“It is an incredible privilege to be able to give back to the community that we learn and live in through this project. We have been humbled by the overwhelming amount of support from students from all over Newark, whether medical, graduate, PA or undergraduate,” said Ye. “In the same way that it takes a village to raise a child, our mission is to be the village that raises up our city during these difficult times.”
Finding a Way to Help Patients
Although clinical rotations were suspended in March, students are doing their part to assist with patient care as well, whether it’s spreading the word about how to donate blood to help restore depleted blood banks or taking non-clinical roles in patient care.
At Robert Wood Johnson Medical School, which has increasingly begun turning to telehealth initiatives during this crisis, third- and fourth-year medical students will have the opportunity to volunteer in several capacities: onboarding of clinic visits (15 minutes before the physician visit, inviting the patient, doing medication reconciliation, pertinent history, etc.); training and support of physicians; and call-backs of recently discharged patients. All opportunities can be done remotely, and plans are being finalized to put this program into action, according to Carol A. Terregino, senior associate dean for education and academic affairs. The services are being coordinated with Frank Sonnenberg, chief medical informatics officer with the Rutgers Health/RWJBarnabas Health combined medical group, by student leaders and fourth-year students Kitae Chang, Anoushka Dua and Daniel Kevin under the guidance of faculty advisor Catherine Chen, assistant professor of medicine at RWJMS.
At New Jersey Medical School, the Class of 2020 will graduate early and be eligible to begin their residencies and provide critical health care. The students normally would have graduated in May; instead, all 192 students will graduate on April 13.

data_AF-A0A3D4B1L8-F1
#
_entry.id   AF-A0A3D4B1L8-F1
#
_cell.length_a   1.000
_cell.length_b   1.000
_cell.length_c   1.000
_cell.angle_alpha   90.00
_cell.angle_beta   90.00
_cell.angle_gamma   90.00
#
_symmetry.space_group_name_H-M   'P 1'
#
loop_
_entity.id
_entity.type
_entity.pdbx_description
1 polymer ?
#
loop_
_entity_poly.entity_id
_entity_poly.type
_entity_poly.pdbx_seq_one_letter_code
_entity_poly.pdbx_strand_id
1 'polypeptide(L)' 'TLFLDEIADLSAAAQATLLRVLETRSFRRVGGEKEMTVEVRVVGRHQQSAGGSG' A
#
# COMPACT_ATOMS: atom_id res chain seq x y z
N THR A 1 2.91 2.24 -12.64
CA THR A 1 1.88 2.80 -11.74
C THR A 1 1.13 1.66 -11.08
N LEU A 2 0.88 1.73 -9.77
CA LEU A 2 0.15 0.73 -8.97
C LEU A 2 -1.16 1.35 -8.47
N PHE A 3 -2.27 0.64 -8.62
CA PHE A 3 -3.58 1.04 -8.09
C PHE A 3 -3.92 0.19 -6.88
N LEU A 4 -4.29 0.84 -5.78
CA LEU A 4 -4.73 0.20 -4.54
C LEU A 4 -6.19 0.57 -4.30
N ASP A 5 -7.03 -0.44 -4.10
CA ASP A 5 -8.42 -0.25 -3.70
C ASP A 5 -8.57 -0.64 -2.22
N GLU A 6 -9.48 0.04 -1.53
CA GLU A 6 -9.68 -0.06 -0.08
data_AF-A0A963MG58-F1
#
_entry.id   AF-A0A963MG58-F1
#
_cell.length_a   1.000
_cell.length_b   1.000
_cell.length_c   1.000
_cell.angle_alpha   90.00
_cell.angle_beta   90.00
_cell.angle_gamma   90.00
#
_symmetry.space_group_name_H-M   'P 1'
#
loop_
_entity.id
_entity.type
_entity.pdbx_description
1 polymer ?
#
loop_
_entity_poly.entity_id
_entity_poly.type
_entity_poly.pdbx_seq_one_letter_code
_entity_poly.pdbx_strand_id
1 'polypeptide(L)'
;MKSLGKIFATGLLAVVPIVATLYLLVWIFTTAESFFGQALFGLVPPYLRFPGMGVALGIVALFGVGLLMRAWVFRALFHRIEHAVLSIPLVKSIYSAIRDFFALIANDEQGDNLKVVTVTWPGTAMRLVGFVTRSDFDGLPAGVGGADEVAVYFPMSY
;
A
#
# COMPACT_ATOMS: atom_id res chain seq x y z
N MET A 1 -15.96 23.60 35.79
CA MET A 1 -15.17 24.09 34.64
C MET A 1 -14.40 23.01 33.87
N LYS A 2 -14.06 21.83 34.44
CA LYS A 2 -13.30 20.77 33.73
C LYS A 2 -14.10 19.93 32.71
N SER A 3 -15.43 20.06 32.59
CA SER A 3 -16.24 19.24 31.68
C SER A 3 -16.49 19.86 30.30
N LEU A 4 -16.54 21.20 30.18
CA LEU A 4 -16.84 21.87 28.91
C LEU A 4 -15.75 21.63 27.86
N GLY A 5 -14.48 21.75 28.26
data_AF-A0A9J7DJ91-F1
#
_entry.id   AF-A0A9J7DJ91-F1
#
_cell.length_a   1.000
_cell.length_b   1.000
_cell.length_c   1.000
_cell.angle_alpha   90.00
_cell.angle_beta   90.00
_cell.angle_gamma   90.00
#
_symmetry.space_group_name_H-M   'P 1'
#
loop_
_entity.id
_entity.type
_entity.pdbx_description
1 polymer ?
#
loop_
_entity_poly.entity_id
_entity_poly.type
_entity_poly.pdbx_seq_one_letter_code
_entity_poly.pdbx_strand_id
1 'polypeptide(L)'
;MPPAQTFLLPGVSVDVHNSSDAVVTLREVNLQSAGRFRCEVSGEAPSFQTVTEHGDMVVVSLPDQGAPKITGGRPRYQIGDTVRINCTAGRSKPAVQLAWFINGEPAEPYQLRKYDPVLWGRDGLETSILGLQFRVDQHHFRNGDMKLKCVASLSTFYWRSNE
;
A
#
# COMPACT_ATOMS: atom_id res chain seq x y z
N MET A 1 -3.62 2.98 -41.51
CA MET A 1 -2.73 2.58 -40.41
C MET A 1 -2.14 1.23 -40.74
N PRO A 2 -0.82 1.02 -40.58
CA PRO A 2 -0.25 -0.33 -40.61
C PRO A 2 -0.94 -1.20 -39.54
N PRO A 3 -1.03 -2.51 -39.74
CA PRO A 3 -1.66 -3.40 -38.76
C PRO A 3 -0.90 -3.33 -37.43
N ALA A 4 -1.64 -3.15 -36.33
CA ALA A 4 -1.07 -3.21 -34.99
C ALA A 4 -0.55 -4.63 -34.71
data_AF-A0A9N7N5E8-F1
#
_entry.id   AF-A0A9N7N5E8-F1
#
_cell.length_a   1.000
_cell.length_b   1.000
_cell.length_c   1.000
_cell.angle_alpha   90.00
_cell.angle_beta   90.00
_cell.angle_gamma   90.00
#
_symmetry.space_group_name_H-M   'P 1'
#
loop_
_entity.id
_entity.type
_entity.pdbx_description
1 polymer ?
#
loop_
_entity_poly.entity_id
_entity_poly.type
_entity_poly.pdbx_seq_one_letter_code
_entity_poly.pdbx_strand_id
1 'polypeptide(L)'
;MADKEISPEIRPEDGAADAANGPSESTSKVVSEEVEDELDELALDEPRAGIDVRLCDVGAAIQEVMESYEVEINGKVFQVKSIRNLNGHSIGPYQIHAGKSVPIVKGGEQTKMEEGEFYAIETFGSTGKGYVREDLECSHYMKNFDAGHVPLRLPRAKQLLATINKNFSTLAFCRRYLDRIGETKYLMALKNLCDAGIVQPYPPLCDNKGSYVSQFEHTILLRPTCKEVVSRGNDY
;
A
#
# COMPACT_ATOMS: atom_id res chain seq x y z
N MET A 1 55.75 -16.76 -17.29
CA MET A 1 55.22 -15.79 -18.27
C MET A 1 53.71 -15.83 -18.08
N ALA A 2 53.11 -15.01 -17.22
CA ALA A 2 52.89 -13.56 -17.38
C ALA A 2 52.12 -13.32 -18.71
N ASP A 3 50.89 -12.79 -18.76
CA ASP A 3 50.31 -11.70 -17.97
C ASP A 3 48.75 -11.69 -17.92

They also have already been volunteering day and night to provide relief workers for the University Hospital labor pool, said Scott Fabricant, a third-year NJMS student. “Right now, we are performing entrance screenings for possibly sick staff and visitors,” he explained. “It’s not glamorous work, but it is vital for keeping our healthcare workers and patients safe. Everyone has been so grateful for our participation, from the highest levels of administration down to the frontline clinicians and staff.”
“Everyone has a role to play in fighting this pandemic, from staying home to limit the spread of the virus to helping those caring for people affected in our communities,” said Danika Baskar, third-year RWJMS student. “It is consideration for those at the front lines that really goes a long way, and we are trying our best to support them in any way we can.”
Looking back at the past few weeks, Elson said he is inspired by what the team has been able to accomplish. “Here are a group of students whose clinical experiences were interrupted, and they immediately ask themselves, ‘How can we help?’ The famous quote from Mr. Rogers comes to mind: ‘When I was a boy and I would see scary things in the news, my mother would say to me, ‘Look for the helpers. You will always find people who are helping.’ Thus, while this is an incredibly difficult period, by being there for each other, we will get through this together.”
- RWJMS Students for COVID-19 Response – database for students interested in supporting healthcare staff with tasks such as pet care, grocery shopping, and virtual homework help.
- RWJMS Students Skills Database – database for students with skills/certifications such as EMTs, certified phlebotomists, etc., in the event that additional help is being recruited.